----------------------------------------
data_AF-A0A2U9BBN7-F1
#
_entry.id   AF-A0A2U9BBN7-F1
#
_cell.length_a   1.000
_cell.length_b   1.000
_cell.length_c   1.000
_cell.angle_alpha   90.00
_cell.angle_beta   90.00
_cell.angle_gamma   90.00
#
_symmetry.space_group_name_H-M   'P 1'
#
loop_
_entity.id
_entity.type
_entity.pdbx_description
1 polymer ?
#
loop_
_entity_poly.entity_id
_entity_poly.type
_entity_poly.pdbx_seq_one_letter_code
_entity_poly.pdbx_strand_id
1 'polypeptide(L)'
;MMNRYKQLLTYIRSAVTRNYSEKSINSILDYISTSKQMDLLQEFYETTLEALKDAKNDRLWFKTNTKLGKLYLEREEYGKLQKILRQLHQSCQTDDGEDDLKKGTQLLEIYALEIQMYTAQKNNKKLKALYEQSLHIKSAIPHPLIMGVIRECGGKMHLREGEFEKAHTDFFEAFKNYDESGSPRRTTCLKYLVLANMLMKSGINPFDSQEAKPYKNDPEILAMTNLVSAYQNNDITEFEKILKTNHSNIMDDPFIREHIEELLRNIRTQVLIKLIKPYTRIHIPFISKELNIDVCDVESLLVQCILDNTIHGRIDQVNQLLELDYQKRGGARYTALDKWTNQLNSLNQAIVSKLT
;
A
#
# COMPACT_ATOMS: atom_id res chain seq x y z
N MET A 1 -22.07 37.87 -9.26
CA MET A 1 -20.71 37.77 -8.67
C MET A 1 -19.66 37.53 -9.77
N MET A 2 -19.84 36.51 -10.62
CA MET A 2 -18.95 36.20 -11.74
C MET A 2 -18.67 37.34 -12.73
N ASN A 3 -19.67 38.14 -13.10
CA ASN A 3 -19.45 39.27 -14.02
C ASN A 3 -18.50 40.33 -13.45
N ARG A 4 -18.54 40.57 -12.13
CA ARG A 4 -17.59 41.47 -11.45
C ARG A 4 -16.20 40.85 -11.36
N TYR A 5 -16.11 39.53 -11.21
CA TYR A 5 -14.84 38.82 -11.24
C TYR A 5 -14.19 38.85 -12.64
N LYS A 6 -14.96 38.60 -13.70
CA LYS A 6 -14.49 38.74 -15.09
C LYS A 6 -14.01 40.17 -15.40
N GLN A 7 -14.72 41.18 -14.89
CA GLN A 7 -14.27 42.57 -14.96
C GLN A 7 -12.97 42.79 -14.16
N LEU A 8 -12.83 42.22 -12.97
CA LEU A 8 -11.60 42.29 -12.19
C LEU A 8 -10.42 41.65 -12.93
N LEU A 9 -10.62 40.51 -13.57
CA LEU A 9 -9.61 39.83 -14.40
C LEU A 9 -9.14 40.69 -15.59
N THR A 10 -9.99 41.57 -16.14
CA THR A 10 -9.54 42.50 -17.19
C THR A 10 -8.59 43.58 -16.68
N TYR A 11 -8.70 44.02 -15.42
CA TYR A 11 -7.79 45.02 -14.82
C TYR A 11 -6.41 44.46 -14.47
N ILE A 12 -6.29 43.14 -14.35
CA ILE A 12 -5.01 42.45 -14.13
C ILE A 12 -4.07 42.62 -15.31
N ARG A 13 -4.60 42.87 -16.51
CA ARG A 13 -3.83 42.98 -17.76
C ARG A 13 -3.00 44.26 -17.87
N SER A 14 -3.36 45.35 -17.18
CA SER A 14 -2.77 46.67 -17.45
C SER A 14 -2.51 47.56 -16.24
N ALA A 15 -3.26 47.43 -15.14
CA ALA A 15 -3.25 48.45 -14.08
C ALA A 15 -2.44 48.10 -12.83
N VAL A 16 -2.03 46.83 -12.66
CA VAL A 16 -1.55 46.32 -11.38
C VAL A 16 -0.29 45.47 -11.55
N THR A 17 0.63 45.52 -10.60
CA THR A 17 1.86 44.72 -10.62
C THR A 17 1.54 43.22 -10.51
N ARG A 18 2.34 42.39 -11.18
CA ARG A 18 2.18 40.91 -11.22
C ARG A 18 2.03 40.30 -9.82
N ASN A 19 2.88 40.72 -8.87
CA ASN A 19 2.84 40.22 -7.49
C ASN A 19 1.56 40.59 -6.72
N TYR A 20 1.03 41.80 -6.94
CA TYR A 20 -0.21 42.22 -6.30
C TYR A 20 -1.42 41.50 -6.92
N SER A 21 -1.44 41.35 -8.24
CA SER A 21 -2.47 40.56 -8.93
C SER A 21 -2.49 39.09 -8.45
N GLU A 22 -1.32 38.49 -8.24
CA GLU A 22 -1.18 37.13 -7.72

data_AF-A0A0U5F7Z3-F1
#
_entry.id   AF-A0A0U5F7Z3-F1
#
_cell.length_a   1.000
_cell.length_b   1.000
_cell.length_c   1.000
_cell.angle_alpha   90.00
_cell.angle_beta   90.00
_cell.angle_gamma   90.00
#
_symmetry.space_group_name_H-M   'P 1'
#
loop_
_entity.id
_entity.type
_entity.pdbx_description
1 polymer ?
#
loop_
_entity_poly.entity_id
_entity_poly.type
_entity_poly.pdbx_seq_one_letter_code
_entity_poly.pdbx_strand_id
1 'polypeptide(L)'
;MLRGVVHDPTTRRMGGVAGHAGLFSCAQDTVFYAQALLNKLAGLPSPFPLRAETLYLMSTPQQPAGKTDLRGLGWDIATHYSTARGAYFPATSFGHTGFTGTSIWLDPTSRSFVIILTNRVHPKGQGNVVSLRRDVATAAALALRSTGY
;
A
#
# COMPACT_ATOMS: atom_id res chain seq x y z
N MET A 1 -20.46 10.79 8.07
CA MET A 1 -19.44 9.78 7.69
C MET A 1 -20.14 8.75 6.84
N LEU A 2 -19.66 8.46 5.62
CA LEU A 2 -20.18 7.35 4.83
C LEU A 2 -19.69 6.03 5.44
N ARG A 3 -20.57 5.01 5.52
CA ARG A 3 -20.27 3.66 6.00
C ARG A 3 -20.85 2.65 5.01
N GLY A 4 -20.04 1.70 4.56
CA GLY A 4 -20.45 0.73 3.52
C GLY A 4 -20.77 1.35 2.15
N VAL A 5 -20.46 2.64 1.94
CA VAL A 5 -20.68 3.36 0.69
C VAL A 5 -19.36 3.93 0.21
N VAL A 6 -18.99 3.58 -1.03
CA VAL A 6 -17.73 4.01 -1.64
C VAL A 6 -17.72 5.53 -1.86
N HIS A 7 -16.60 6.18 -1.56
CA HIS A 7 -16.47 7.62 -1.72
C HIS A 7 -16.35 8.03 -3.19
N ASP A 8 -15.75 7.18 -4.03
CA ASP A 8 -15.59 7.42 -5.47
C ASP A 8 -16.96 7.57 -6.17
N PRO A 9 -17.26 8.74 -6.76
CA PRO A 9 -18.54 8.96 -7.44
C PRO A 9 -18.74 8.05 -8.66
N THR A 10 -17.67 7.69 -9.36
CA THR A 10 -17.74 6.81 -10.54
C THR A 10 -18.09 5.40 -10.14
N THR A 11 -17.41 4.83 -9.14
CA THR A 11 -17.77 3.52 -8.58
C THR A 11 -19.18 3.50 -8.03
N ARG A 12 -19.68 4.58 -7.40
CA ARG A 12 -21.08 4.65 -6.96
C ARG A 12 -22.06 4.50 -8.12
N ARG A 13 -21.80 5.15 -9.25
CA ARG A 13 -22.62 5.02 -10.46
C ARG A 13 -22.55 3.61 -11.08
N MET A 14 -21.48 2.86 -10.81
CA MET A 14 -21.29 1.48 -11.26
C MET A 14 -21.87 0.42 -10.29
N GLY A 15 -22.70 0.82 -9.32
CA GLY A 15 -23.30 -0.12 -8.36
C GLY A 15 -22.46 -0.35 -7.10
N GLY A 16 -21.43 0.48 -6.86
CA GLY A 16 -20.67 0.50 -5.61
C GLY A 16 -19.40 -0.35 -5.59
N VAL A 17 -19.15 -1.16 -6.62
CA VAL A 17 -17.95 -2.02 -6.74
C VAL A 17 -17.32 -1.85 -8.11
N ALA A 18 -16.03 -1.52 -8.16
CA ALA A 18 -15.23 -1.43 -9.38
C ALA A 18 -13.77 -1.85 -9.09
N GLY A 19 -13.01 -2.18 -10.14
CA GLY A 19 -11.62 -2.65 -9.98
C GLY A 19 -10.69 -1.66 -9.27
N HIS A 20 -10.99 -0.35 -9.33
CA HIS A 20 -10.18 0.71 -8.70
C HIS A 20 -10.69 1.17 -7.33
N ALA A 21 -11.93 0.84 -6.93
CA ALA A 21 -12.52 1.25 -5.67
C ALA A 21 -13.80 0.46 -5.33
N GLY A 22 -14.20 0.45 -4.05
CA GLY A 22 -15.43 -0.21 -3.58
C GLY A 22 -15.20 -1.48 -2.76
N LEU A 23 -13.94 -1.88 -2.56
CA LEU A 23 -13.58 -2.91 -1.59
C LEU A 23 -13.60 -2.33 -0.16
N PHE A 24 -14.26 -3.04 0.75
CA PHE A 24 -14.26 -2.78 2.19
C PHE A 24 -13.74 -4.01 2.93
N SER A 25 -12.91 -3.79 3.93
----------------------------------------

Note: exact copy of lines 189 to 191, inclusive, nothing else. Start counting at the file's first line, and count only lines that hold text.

N GLY A 22 -14.20 0.45 -4.05
CA GLY A 22 -15.43 -0.21 -3.58
C GLY A 22 -15.20 -1.48 -2.76